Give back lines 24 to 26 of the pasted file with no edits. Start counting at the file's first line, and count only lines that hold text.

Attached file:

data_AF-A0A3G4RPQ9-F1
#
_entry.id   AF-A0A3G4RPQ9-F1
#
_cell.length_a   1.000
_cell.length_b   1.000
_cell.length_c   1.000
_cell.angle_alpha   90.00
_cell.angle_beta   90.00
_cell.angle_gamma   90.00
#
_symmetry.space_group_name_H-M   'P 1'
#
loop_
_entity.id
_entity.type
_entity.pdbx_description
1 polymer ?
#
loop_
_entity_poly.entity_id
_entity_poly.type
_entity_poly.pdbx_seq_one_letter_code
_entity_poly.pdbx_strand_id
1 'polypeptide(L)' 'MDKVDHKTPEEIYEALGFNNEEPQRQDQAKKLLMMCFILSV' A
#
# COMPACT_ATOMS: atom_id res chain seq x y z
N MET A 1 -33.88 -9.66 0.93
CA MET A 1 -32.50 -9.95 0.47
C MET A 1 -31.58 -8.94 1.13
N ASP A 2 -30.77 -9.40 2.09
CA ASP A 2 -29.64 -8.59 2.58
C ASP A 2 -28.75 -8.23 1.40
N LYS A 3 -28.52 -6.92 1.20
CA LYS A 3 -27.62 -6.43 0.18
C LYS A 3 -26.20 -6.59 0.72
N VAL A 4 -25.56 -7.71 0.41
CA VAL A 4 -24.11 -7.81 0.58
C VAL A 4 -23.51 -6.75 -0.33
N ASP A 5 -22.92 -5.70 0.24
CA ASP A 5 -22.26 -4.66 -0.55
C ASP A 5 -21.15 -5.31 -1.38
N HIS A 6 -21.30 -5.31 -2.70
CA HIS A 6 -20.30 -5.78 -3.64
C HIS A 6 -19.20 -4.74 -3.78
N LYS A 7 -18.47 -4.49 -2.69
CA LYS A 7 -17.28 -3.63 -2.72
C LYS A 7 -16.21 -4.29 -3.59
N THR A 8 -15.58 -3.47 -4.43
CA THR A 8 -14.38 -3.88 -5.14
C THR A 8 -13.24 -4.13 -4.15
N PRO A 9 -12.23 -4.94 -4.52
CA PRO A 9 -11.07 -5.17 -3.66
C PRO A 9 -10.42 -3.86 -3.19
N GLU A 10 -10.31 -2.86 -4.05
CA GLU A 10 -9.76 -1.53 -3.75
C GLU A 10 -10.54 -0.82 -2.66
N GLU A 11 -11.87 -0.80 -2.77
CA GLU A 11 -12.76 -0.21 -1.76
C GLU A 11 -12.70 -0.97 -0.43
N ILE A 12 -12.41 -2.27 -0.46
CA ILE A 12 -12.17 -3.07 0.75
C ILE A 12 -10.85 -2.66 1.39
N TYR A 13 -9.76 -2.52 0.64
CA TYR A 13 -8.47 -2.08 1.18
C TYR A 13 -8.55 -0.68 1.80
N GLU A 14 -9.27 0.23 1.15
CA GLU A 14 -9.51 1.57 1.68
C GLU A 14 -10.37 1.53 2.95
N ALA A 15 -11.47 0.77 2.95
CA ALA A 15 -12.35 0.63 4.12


_entity_poly.pdbx_strand_id
1 'polypeptide(L)' 'MDKVDHKTPEEIYEALGFNNEEPQRQDQAKKLLMMCFILSV' A
#